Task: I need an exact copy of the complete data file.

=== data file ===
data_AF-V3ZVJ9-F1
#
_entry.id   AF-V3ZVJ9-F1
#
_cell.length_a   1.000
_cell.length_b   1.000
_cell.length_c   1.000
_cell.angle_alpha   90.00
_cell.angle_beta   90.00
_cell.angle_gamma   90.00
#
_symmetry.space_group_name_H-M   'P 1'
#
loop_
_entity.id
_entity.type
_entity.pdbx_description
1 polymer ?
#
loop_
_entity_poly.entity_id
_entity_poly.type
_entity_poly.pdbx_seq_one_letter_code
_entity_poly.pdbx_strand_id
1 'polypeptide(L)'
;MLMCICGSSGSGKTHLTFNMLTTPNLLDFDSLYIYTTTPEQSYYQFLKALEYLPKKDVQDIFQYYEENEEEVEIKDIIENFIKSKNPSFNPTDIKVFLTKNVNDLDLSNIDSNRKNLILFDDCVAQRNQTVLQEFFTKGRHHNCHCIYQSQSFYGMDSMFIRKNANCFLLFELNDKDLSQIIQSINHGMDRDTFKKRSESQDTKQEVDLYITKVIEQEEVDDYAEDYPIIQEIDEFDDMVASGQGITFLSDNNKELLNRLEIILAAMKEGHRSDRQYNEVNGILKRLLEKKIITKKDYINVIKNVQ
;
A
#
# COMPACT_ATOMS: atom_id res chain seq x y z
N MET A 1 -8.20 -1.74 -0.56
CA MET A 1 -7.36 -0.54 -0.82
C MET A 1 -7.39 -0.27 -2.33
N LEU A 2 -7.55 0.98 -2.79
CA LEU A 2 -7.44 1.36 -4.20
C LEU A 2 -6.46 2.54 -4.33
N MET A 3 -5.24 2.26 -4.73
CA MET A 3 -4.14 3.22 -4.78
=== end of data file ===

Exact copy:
data_AF-V3ZVJ9-F1
#
_entry.id   AF-V3ZVJ9-F1
#
_cell.length_a   1.000
_cell.length_b   1.000
_cell.length_c   1.000
_cell.angle_alpha   90.00
_cell.angle_beta   90.00
_cell.angle_gamma   90.00
#
_symmetry.space_group_name_H-M   'P 1'
#
loop_
_entity.id
_entity.type
_entity.pdbx_description
1 polymer ?
#
loop_
_entity_poly.entity_id
_entity_poly.type
_entity_poly.pdbx_seq_one_letter_code
_entity_poly.pdbx_strand_id
1 'polypeptide(L)'
;MLMCICGSSGSGKTHLTFNMLTTPNLLDFDSLYIYTTTPEQSYYQFLKALEYLPKKDVQDIFQYYEENEEEVEIKDIIENFIKSKNPSFNPTDIKVFLTKNVNDLDLSNIDSNRKNLILFDDCVAQRNQTVLQEFFTKGRHHNCHCIYQSQSFYGMDSMFIRKNANCFLLFELNDKDLSQIIQSINHGMDRDTFKKRSESQDTKQEVDLYITKVIEQEEVDDYAEDYPIIQEIDEFDDMVASGQGITFLSDNNKELLNRLEIILAAMKEGHRSDRQYNEVNGILKRLLEKKIITKKDYINVIKNVQ
;
A
#
# COMPACT_ATOMS: atom_id res chain seq x y z
N MET A 1 -8.20 -1.74 -0.56
CA MET A 1 -7.36 -0.54 -0.82
C MET A 1 -7.39 -0.27 -2.33
N LEU A 2 -7.55 0.98 -2.79
CA LEU A 2 -7.44 1.36 -4.20
C LEU A 2 -6.46 2.54 -4.33
N MET A 3 -5.24 2.26 -4.73
CA MET A 3 -4.14 3.22 -4.78